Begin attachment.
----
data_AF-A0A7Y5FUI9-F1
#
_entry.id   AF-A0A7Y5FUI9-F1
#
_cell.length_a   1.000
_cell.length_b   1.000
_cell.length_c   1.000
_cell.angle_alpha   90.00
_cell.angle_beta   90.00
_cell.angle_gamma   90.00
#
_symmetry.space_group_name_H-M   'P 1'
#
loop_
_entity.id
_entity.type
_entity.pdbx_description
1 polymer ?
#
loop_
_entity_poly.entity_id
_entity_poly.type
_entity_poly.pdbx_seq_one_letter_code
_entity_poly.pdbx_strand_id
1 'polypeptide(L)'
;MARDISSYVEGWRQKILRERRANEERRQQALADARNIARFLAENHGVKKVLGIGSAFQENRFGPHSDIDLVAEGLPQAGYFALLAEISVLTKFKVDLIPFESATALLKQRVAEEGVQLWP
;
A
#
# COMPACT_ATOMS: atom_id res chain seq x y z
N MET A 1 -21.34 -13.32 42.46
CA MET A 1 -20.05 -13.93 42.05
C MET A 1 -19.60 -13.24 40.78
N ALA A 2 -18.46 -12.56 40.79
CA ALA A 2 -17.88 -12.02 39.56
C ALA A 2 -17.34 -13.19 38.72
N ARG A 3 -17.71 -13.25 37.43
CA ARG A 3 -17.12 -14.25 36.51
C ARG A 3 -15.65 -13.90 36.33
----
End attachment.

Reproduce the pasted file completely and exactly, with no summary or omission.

data_AF-A0A7Y5FUI9-F1
#
_entry.id   AF-A0A7Y5FUI9-F1
#
_cell.length_a   1.000
_cell.length_b   1.000
_cell.length_c   1.000
_cell.angle_alpha   90.00
_cell.angle_beta   90.00
_cell.angle_gamma   90.00
#
_symmetry.space_group_name_H-M   'P 1'
#
loop_
_entity.id
_entity.type
_entity.pdbx_description
1 polymer ?
#
loop_
_entity_poly.entity_id
_entity_poly.type
_entity_poly.pdbx_seq_one_letter_code
_entity_poly.pdbx_strand_id
1 'polypeptide(L)'
;MARDISSYVEGWRQKILRERRANEERRQQALADARNIARFLAENHGVKKVLGIGSAFQENRFGPHSDIDLVAEGLPQAGYFALLAEISVLTKFKVDLIPFESATALLKQRVAEEGVQLWP
;
A
#
# COMPACT_ATOMS: atom_id res chain seq x y z
N MET A 1 -21.34 -13.32 42.46
CA MET A 1 -20.05 -13.93 42.05
C MET A 1 -19.60 -13.24 40.78
N ALA A 2 -18.46 -12.56 40.79
CA ALA A 2 -17.88 -12.02 39.56
C ALA A 2 -17.34 -13.19 38.72
N ARG A 3 -17.71 -13.25 37.43
CA ARG A 3 -17.12 -14.25 36.51
C ARG A 3 -15.65 -13.90 36.33